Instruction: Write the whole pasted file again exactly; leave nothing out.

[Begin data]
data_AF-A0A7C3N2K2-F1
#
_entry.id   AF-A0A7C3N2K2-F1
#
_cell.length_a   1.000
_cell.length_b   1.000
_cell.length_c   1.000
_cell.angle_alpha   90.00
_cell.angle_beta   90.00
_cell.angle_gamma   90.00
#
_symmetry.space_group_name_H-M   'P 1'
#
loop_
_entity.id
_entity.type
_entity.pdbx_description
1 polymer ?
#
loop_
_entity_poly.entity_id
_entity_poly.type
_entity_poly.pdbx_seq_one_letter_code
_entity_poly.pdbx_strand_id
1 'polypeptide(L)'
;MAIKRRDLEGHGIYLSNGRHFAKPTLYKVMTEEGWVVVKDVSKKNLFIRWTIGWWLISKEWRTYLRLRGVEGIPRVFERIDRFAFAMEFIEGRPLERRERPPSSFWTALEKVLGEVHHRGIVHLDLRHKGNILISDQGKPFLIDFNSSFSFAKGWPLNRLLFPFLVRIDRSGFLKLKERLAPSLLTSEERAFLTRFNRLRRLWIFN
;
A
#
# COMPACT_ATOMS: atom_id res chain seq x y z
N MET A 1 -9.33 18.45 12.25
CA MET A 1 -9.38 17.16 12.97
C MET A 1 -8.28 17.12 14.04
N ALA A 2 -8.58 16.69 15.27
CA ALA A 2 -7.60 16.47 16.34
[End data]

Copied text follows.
data_AF-A0A7C3N2K2-F1
#
_entry.id   AF-A0A7C3N2K2-F1
#
_cell.length_a   1.000
_cell.length_b   1.000
_cell.length_c   1.000
_cell.angle_alpha   90.00
_cell.angle_beta   90.00
_cell.angle_gamma   90.00
#
_symmetry.space_group_name_H-M   'P 1'
#
loop_
_entity.id
_entity.type
_entity.pdbx_description
1 polymer ?
#
loop_
_entity_poly.entity_id
_entity_poly.type
_entity_poly.pdbx_seq_one_letter_code
_entity_poly.pdbx_strand_id
1 'polypeptide(L)'
;MAIKRRDLEGHGIYLSNGRHFAKPTLYKVMTEEGWVVVKDVSKKNLFIRWTIGWWLISKEWRTYLRLRGVEGIPRVFERIDRFAFAMEFIEGRPLERRERPPSSFWTALEKVLGEVHHRGIVHLDLRHKGNILISDQGKPFLIDFNSSFSFAKGWPLNRLLFPFLVRIDRSGFLKLKERLAPSLLTSEERAFLTRFNRLRRLWIFN
;
A
#
# COMPACT_ATOMS: atom_id res chain seq x y z
N MET A 1 -9.33 18.45 12.25
CA MET A 1 -9.38 17.16 12.97
C MET A 1 -8.28 17.12 14.04
N ALA A 2 -8.58 16.69 15.27
CA ALA A 2 -7.60 16.47 16.34